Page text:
Gambhir, Dhoni Impress

India’s fightback last night after being four down was remarkable. Gautam Gambhir continued his dream run in the T20 World Cup and the good form in the domestic circuit with one of his finest centuries. Last night’s performance was brilliant in every sense. His running between the wickets, his handling of Muralitharan and his big hits down the ground were all very impressive. The ease with which he reached his 100 in the last over speaks volumes of his confidence. Under Dhoni, Gambhir seems to have found his groove. With his position in the team now rock solid, we might just see him scale greater heights. 

Dhoni on the other hand deserves to be commended for a real captain’s knock. The manner in which he curtailed his bang-bang style of aggressive cricket and deployed instead a more sensible and steady approach is a sure sign of his maturity. Walking in at a time when India was struggling, he played a calm innings with some aggressive running between the wickets. This was easily the best running between the wickets that India has displayed in a long time. Most importantly, this was against the Sri Lankan team whose ground fielding was excellent, barring a couple of dropped catches.

Yuvraj’s failure once again proved that he is a very poor player of spin. Brad Hogg and Muralitharan have always troubled him. In addition to overcoming his poor batting form, he will need to figure out a way to tackle these two bowler in order to come good in this series. India’s good score despite the failure of Yuvraj and the limited success of Sachin and Sehwag, should serve as a psychological boost to the young team after the disastrous T20 game against Australia and the batting failure in the first ODI.

Dhoni’s Team Selection Questionable

The selectors and the captain want to focus on youth for the ODIs. Agreed. A good forward thinking move. But how does one explain the inclusion of Manoj Tiwari ahead of Dinesh Karthik and Suresh Raina in the first ODI against Australia? Not that there is a world of difference between these folks as far as skill is concerned. Dinesh Karthik has been in Australia for a few weeks now and has played a game or two. In other words, he is best prepared of the lot in terms of getting a fee for the conditions, which incidentally is a huge factor when playing in Australia. Suresh Raina has more experience and has been in good form in the domestic circuit. To top it all, Manoj Tiwari barely landed in Australia the day before the ODI!

Dhoni said he goes by instinct. In other words, his instincts tell him the Tiwari is a better bet than an acclimatized Karthik and an in form Raina. Hopefully, Tiwari will justify his captain’s faith in him in the match against Sri Lanka. After all, he can’t be dropped after one failure. If he fails again, he will make room for Yuvraj in the third ODI. Where does that leave Raina and Karthik? They can make the team only in place of Sehwag or Uthappa.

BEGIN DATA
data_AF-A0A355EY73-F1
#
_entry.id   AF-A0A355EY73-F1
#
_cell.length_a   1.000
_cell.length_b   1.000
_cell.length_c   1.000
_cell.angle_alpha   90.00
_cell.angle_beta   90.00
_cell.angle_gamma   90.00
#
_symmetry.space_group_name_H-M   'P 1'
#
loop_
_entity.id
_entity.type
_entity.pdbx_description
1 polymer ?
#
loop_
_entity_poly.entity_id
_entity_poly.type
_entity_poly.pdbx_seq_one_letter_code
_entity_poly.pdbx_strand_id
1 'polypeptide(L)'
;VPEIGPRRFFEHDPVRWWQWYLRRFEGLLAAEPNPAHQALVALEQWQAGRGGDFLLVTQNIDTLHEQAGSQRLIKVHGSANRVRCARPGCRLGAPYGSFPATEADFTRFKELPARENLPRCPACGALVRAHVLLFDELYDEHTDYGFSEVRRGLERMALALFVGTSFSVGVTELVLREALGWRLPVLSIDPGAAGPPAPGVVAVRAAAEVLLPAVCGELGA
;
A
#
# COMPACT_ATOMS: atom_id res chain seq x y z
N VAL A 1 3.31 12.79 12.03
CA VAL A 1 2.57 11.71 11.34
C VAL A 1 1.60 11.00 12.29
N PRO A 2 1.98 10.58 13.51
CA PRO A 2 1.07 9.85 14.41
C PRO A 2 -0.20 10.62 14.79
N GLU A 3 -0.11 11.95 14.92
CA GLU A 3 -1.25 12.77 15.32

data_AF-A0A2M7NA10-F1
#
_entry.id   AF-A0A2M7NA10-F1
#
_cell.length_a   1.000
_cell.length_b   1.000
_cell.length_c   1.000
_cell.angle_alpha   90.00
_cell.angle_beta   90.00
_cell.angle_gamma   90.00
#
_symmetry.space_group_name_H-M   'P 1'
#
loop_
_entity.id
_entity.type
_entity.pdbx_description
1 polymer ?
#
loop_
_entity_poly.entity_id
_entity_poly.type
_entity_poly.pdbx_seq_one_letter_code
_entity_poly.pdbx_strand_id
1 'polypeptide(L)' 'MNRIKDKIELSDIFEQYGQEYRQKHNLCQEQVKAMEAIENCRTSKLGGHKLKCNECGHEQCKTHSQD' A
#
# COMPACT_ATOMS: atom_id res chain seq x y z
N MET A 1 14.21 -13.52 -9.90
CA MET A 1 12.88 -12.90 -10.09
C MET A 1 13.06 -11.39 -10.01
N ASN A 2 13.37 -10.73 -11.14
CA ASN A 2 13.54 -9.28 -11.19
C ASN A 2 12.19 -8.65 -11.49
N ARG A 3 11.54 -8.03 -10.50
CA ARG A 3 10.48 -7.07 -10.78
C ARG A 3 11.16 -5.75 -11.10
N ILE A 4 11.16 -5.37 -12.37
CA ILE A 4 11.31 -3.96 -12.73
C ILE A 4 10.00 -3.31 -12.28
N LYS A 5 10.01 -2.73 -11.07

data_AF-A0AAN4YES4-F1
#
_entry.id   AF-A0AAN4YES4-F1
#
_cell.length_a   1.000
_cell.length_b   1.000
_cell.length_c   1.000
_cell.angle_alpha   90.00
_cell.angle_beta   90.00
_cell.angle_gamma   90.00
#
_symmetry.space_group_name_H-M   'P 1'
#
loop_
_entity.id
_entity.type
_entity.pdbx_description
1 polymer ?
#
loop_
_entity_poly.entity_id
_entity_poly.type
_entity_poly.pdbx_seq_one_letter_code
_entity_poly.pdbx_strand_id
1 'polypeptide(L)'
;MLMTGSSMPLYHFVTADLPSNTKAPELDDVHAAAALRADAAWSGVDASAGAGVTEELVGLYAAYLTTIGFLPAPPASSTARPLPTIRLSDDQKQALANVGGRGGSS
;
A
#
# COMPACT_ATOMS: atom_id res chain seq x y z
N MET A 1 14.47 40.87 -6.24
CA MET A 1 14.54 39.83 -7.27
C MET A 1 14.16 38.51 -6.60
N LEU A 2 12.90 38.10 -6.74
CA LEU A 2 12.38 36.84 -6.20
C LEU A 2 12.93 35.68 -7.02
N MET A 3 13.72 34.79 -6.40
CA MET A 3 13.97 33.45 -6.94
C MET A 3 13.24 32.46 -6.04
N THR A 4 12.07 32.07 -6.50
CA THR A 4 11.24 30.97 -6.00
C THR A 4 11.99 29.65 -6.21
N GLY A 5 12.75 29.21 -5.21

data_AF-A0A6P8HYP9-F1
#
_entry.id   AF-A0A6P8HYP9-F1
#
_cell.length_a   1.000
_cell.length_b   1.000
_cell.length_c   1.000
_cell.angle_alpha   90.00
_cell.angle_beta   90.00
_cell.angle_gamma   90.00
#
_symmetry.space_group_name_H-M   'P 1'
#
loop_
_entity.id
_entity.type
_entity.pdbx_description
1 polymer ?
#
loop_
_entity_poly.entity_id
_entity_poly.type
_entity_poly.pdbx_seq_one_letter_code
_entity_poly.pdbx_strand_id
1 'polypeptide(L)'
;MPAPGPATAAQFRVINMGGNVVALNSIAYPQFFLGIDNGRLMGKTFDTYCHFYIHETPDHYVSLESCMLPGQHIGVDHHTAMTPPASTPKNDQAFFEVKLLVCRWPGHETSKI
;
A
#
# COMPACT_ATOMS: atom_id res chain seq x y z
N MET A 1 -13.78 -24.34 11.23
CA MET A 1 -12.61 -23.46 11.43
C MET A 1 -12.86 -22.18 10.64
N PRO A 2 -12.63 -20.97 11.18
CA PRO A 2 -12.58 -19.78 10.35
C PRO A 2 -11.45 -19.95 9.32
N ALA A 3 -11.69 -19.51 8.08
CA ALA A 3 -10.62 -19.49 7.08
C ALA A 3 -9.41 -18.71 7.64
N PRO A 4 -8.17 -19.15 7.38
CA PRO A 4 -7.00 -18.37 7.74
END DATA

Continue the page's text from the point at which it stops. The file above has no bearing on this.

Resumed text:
The team selection is clearly questionable. It is a little premature to attribute motives behind Dhoni’s moves. The rest of the series should provide good insights into Dhoni’s thinking and captaincy.

Technology in the Skies: Airline Uses Linux

Singapore Airlines is now flying some new aircrafts in the SFO-Singapore sector. These aircrafts appear to be a a little more spacious and better designed. For instance, the acrobatics needed to shut the bathroom doors has been reduced significantly. At the back of the aircraft the staff has a U-shaped area where they can hang out and chit-chat with their colleagues without having to get in the way of passengers hurrying to the toilet. The passage way and the leg room has also been increased a “delta”.

The TV screens in front of each passenger is much larger. You no longer have to strain your eyes on those miniature screens. However, the most daring use of technology was what goes behind the TV screens. What you see is actually a PC running Redhat Linux. At the first screen you have an option to use the system simply to watch films, TV etc. or to use it as a PC. Next to the screen is a USB port and a LAN port! (Does the airline expect passengers to be carrying a wires?) I suspect that Internet access might be available through the LAN. (Emirate Airlines actually offers wireless access). In any case, I plugged in a USB stick and surprise, surprise, I had StarOffice(!!) to edit my MS-Office files if I wished to (thank you very much!). Sounds like Singapore Airlines is firmly in the anti-Microsoft camp.

Here is the bad news. The UI of the entire system is far from idiot-proof. At least on a couple of occasions the screen froze while attempting to navigate the various options. But thankfully the Steward could go behind the scenes and reset the system. This also means you have the pleasure of seeing the entire boot up sequence. Ideally these screens should have a touch screen UI because most passengers struggle to navigate these complicated systems. I can’t remember a flight where I haven’t had to assist a fellow passenger with using these systems. So much for the use of technology.